NAPOLEON.

BY J. G. LOCKHART.

[MAGA. July 1821.]

The mighty sun had just gone down
Into the chambers of the deep;
The ocean birds had upward flown,
Each in his cave to sleep.

And silent was the island shore,
And breathless all the broad red sea,
And motionless beside the door
Our solitary tree.

Our only tree, our ancient palm,
Whose shadow sleeps our door beside.
Partook the universal calm,
When Buonaparte died.

An ancient man, a stately man,
Came forth beneath the spreading tree,
His silent thoughts I could not scan,
His tears I needs must see.

A trembling hand had partly cover’d
The old man’s weeping countenance,
Yet something o’er his sorrow hover’d
That spake of War and France;

Something that spake of other days,
When trumpets pierced the kindling air,
And the keen eye could firmly gaze
Through battle’s crimson glare.

Said I, Perchance this faded hand,
When Life beat high, and Hope was young,
By Lodi’s wave—on Syria’s sand—
The bolt of death hath flung.

Young Buonaparte’s battle-cry
Perchance hath kindled this old cheek;
It is no shame that he should sigh,—
His heart is like to break.

He hath been with him, young and old;
He climb’d with him the Alpine snow;
He heard the cannon when they roll’d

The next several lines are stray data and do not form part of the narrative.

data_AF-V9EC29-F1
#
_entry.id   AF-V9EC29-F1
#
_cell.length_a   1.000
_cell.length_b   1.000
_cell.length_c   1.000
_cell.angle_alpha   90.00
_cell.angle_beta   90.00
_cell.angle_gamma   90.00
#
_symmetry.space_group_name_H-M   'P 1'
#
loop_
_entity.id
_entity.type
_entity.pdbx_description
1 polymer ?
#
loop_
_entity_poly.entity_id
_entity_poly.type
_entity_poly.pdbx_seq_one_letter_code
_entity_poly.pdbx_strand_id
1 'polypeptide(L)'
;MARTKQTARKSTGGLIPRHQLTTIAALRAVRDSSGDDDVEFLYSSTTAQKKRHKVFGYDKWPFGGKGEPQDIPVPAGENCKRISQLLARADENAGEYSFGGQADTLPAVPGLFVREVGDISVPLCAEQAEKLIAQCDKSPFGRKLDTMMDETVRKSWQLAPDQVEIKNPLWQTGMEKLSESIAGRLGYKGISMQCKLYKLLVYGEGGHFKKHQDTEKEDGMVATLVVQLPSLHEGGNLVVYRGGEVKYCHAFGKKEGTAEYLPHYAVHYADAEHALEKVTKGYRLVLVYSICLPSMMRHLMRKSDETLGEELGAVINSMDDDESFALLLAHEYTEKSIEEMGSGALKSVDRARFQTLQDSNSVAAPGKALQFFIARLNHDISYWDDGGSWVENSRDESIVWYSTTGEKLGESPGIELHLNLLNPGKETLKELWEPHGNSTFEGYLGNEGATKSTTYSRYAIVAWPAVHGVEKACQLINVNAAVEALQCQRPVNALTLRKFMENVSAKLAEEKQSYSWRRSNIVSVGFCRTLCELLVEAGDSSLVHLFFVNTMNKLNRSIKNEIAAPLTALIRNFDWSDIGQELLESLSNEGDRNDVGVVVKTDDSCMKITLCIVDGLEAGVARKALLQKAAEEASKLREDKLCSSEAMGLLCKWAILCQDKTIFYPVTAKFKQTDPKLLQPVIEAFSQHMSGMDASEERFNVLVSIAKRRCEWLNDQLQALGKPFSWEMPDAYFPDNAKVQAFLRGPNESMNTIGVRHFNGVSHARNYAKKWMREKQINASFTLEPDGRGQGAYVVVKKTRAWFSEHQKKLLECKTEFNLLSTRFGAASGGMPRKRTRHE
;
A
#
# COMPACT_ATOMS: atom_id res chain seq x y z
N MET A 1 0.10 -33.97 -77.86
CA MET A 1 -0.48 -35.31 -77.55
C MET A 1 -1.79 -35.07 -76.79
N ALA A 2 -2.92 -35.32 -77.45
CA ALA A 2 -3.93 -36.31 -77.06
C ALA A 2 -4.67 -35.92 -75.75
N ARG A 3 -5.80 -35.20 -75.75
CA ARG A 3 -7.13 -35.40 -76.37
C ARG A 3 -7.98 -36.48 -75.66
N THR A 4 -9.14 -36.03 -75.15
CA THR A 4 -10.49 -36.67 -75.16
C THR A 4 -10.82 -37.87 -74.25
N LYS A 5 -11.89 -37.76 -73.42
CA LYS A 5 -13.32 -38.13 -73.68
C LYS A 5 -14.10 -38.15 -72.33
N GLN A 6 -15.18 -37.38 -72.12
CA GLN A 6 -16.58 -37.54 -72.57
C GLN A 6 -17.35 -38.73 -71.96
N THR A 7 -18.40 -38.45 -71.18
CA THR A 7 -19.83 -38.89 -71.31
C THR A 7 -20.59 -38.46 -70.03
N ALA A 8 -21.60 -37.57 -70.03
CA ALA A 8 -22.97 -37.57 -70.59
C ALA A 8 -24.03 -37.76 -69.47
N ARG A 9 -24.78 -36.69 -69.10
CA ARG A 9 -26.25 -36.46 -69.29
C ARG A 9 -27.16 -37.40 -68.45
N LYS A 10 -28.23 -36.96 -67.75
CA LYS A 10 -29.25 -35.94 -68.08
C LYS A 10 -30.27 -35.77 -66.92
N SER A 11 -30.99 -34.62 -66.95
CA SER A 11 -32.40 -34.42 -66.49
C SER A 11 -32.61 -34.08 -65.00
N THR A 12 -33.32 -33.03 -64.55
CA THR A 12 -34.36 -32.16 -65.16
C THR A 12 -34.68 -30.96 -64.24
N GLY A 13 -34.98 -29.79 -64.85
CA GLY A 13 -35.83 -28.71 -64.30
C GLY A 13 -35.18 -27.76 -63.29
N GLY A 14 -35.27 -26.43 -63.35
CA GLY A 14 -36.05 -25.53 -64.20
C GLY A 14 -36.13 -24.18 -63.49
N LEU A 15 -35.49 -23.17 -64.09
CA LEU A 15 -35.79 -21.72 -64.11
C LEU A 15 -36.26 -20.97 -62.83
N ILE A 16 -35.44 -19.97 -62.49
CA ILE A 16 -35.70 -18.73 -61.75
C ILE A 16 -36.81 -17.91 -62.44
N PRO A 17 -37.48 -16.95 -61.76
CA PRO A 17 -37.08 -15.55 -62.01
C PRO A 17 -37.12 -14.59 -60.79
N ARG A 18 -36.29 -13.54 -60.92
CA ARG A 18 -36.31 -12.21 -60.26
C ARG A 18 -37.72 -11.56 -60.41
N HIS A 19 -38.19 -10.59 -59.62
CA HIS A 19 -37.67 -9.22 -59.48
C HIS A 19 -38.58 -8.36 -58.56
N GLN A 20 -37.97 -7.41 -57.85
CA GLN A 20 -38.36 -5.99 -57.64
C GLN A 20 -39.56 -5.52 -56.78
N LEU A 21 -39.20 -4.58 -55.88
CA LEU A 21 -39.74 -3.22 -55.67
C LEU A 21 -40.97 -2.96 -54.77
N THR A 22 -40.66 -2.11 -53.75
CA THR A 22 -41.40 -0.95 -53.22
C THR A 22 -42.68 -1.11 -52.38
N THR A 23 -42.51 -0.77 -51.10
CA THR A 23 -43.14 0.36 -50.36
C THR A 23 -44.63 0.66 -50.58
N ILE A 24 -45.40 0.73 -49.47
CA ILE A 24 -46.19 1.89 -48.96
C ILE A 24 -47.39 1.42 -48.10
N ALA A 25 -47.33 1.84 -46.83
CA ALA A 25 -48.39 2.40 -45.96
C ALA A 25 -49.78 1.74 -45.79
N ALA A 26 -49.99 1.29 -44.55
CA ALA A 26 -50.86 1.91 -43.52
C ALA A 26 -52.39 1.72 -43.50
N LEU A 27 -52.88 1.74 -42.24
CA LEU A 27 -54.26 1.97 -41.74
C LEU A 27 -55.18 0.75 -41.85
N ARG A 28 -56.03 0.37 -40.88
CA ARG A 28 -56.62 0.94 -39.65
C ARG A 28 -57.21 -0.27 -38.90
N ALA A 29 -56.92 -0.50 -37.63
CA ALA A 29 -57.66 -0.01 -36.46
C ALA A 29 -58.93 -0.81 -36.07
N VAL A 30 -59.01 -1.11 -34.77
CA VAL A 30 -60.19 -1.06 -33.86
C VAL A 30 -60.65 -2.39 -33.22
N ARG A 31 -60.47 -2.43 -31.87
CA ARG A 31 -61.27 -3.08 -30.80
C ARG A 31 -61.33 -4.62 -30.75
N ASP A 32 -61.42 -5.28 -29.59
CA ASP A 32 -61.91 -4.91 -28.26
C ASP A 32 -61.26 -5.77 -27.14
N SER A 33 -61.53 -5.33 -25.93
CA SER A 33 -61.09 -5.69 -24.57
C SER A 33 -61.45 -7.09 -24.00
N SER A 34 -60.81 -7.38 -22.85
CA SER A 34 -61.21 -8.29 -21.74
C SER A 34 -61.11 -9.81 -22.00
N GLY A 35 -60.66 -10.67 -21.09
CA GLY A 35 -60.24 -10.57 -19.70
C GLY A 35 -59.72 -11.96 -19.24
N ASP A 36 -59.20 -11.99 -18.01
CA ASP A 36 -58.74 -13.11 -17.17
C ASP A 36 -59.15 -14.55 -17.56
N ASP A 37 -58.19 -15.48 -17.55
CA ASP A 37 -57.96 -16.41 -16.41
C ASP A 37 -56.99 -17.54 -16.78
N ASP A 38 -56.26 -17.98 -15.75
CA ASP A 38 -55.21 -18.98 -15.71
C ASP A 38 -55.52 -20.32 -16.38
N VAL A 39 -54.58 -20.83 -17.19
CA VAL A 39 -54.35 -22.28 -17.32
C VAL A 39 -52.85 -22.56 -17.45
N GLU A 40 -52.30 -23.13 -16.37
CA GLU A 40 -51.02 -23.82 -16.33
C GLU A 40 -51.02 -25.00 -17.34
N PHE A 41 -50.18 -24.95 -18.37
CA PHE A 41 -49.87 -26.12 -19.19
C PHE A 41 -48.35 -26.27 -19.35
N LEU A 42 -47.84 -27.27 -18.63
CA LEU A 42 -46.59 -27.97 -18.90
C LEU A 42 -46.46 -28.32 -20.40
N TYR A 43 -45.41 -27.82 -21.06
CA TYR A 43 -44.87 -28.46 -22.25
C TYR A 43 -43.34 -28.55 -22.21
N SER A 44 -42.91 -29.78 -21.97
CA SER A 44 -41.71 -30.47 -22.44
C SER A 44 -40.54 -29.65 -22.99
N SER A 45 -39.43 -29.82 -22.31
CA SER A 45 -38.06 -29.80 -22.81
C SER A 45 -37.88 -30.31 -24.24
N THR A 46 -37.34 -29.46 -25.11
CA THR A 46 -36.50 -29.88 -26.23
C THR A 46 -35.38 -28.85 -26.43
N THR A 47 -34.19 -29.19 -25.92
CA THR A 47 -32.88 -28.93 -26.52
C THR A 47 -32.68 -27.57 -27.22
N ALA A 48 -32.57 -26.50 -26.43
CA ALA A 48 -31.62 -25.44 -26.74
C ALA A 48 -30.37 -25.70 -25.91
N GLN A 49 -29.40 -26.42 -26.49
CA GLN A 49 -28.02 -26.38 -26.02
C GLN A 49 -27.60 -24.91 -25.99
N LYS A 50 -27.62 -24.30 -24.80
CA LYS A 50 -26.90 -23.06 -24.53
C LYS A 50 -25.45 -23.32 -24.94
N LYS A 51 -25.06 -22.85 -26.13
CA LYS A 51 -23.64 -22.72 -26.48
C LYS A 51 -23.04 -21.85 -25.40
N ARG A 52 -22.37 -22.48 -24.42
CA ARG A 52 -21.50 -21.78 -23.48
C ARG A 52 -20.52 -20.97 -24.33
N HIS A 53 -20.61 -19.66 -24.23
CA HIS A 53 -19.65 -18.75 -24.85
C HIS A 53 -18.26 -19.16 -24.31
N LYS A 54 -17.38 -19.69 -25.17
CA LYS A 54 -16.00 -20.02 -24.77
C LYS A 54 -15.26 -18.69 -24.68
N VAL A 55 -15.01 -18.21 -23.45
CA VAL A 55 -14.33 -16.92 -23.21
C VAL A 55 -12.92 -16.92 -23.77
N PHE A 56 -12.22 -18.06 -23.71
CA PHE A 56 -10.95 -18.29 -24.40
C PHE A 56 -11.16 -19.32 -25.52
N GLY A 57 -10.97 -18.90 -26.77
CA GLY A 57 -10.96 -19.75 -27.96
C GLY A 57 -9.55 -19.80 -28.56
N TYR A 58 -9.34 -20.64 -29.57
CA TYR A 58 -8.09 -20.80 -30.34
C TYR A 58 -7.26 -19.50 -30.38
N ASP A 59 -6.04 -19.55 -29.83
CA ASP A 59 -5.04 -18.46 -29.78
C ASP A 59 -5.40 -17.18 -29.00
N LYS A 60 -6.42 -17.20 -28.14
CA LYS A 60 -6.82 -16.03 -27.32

Along the silver Po.

His soul was as a sword, to leap
At his accustom’d leader’s word;
I love to see the old man weep,—
He knew no other lord.

As if it were but yesternight,
This man remembers dark Eylau,—
His dreams are of the Eagle’s flight,
Victorious long ago.

The memories of worser time
Are all as shadows unto him;
Fresh stands the picture of his prime,—
The later trace is dim.

I enter’d, and I saw him lie
Within the chamber, all alone,
I drew near very solemnly
To dead Napoleon.

He was not shrouded in a shroud,
He lay not like the vulgar dead,
Yet all of haughty, stern, and proud
From his pale brow was fled.

He had put harness on to die,
The eagle-star shone on his breast,
His sword lay bare his pillow nigh,—
The sword he liked the best.

But calm—most calm was all his face,
A solemn smile was on his lips,
His eyes were closed in pensive grace—
A most serene eclipse!

You would have said some sainted sprite
Had left its passionless abode,—
Some man, whose prayer at morn and night
Had duly risen to God.

What thoughts had calm’d his dying breast
(For calm he died) cannot be known;
Nor would I wound a warrior’s rest—
Farewell, Napoleon!

No sculptured pile our hands shall rear;
Thy simple sod the stream shall lave.
The native Holly’s leaf severe
Shall grace and guard thy grave.

The Eagle stooping from the sky
Shall fold his wing and rest him here,
And sunwards gaze with glowing eye
From Buonaparte’s bier.